An ancient Persian tale tells of a beautiful princess who falls out of favor with the mythic King Jamshid. Heartbroken, the young woman tries to poison herself by drinking a jar filled with the juice of spoiled grapes. Instead of death, however, she experiences a rather pleasant, euphoric feeling before falling asleep. Upon waking, she rushes to tell the king of her discovery. Elated, the sovereign welcomes the princess back to his harem and decrees that all grapes grown in Persepolis be devoted to winemaking.
The story may be pure legend, but historians have shown that the winemaking tradition did indeed begin in Persia—what is present-day Iran—when neolithic shepherds in the Zagros Mountains started to cultivate grapes as their goats pruned the vines. Some of the earliest pottery jars discovered in the region, dating from around 5400 BC, were used for storing wine.
The 4,000-year-old city of Shiraz, located about 40 miles from the immaculately preserved ruins at Persepolis, has long been celebrated as the center of Iranian culture, education, and winemaking. Capital of the Fars province, it is known as the “City of Poets” for revered Persian poets Hafez and Sa’di, who were both born and buried there. During the 13th century, Shiraz emerged as one of the most important cities in all of Islam; the region’s Farsi dialect has been adopted as Iran’s official language.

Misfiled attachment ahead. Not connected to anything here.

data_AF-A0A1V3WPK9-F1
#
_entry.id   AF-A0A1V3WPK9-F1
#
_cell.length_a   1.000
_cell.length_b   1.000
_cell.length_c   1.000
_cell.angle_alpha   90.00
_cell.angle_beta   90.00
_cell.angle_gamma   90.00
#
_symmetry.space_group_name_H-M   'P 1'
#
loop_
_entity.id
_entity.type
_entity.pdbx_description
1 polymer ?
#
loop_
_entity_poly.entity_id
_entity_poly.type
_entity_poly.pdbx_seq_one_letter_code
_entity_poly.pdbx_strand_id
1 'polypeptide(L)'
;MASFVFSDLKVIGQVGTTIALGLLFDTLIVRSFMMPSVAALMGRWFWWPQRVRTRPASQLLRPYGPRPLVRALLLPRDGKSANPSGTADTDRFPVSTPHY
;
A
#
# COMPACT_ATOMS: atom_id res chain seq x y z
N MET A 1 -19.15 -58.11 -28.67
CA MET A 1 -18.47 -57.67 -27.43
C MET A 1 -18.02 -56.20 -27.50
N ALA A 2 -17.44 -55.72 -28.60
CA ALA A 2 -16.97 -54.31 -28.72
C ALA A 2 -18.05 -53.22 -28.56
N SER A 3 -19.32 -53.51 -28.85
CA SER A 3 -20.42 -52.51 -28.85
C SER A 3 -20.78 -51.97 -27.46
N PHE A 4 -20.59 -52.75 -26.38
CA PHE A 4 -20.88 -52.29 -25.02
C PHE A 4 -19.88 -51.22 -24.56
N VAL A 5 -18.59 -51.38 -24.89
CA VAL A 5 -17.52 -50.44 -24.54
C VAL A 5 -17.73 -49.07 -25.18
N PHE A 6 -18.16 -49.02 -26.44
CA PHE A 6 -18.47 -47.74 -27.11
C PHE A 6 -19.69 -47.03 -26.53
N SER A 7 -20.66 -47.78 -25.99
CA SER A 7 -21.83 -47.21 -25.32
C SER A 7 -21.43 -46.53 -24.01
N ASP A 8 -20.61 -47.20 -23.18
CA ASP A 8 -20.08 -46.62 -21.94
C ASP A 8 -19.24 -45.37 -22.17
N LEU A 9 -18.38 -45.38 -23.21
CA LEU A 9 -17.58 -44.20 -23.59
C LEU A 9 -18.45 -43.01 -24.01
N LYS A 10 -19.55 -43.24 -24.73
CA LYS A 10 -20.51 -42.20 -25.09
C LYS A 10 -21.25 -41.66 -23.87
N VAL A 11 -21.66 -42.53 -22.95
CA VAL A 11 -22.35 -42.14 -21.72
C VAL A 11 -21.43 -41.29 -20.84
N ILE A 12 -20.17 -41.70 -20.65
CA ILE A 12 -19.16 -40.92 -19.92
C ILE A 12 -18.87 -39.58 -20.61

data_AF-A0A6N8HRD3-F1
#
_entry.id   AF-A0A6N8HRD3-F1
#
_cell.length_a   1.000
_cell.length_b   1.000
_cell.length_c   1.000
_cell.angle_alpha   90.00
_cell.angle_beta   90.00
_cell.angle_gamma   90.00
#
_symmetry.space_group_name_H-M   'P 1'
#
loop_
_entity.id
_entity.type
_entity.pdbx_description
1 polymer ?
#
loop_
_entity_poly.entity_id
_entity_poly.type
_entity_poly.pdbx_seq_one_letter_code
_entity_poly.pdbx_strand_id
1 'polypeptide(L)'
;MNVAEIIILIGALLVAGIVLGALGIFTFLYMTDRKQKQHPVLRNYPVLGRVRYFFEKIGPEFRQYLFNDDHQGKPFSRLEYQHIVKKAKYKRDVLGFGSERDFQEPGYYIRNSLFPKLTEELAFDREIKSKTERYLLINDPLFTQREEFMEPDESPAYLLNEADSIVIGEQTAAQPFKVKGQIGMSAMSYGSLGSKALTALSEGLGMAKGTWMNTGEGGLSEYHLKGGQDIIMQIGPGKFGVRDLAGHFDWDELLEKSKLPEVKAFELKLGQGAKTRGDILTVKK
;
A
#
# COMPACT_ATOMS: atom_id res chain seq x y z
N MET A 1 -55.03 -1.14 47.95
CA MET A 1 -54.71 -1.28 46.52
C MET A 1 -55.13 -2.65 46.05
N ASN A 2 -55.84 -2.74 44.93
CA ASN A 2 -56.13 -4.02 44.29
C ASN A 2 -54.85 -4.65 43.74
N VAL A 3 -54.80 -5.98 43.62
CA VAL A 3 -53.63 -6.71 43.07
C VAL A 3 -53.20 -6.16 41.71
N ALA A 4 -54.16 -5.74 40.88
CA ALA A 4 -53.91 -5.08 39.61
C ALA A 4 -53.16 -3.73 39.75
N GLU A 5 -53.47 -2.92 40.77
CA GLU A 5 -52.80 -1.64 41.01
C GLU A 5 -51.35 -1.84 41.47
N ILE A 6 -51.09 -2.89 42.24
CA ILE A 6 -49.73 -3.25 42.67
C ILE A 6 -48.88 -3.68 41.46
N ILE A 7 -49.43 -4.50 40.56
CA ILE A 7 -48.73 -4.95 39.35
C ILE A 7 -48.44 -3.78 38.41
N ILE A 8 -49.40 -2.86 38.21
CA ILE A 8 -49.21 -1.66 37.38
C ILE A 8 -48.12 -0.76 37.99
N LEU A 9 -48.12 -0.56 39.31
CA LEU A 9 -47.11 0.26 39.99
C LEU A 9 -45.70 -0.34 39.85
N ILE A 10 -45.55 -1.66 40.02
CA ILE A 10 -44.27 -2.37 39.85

Set at an altitude of 5,000 feet, Shiraz also boasts a perfect climate for grape growing. Until the 1979 Revolution, hundreds of vineyards dotted its fertile countryside. While the wineries may be gone (or at least underground), the city still intoxicates with its lovely gardens and exquisite mosques, particularly Masjid-e-Vakil; its marble alter and massive prayer hall, covered in small cupolas resting on 48 twisted stone columns, are considered masterpieces of the Zand dynasty (1736-1797).
As for how the dark-skinned shiraz (or syrah) grape found its way to France, various fables credit everyone from a Persian hermit to the Phocaeans (who founded Marseilles) to a French knight who, while serving in the crusades, brought cuttings back to his hometown in the Rhone Valley. The legend continues ….
We will be exploring Shiraz on multiple upcoming expeditions: